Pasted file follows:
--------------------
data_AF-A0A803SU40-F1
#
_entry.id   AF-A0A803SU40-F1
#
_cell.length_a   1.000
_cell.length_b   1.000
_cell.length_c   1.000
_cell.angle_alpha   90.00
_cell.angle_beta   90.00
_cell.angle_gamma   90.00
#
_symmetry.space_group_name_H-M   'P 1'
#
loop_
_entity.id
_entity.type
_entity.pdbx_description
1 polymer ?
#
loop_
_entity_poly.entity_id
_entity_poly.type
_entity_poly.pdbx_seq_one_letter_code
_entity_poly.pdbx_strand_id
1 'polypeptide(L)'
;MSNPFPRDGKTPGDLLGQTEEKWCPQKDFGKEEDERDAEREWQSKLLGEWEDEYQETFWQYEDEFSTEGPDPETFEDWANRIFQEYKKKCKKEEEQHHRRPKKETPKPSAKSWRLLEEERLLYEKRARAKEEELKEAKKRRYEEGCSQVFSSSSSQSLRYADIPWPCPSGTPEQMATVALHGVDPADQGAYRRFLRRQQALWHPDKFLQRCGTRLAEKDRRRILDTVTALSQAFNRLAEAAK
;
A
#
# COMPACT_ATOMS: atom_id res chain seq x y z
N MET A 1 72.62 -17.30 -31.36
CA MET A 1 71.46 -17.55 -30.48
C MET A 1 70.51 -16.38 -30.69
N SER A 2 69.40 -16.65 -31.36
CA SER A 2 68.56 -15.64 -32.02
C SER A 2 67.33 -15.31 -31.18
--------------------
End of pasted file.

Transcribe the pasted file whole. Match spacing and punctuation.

data_AF-A0A803SU40-F1
#
_entry.id   AF-A0A803SU40-F1
#
_cell.length_a   1.000
_cell.length_b   1.000
_cell.length_c   1.000
_cell.angle_alpha   90.00
_cell.angle_beta   90.00
_cell.angle_gamma   90.00
#
_symmetry.space_group_name_H-M   'P 1'
#
loop_
_entity.id
_entity.type
_entity.pdbx_description
1 polymer ?
#
loop_
_entity_poly.entity_id
_entity_poly.type
_entity_poly.pdbx_seq_one_letter_code
_entity_poly.pdbx_strand_id
1 'polypeptide(L)'
;MSNPFPRDGKTPGDLLGQTEEKWCPQKDFGKEEDERDAEREWQSKLLGEWEDEYQETFWQYEDEFSTEGPDPETFEDWANRIFQEYKKKCKKEEEQHHRRPKKETPKPSAKSWRLLEEERLLYEKRARAKEEELKEAKKRRYEEGCSQVFSSSSSQSLRYADIPWPCPSGTPEQMATVALHGVDPADQGAYRRFLRRQQALWHPDKFLQRCGTRLAEKDRRRILDTVTALSQAFNRLAEAAK
;
A
#
# COMPACT_ATOMS: atom_id res chain seq x y z
N MET A 1 72.62 -17.30 -31.36
CA MET A 1 71.46 -17.55 -30.48
C MET A 1 70.51 -16.38 -30.69
N SER A 2 69.40 -16.65 -31.36
CA SER A 2 68.56 -15.64 -32.02
C SER A 2 67.33 -15.31 -31.18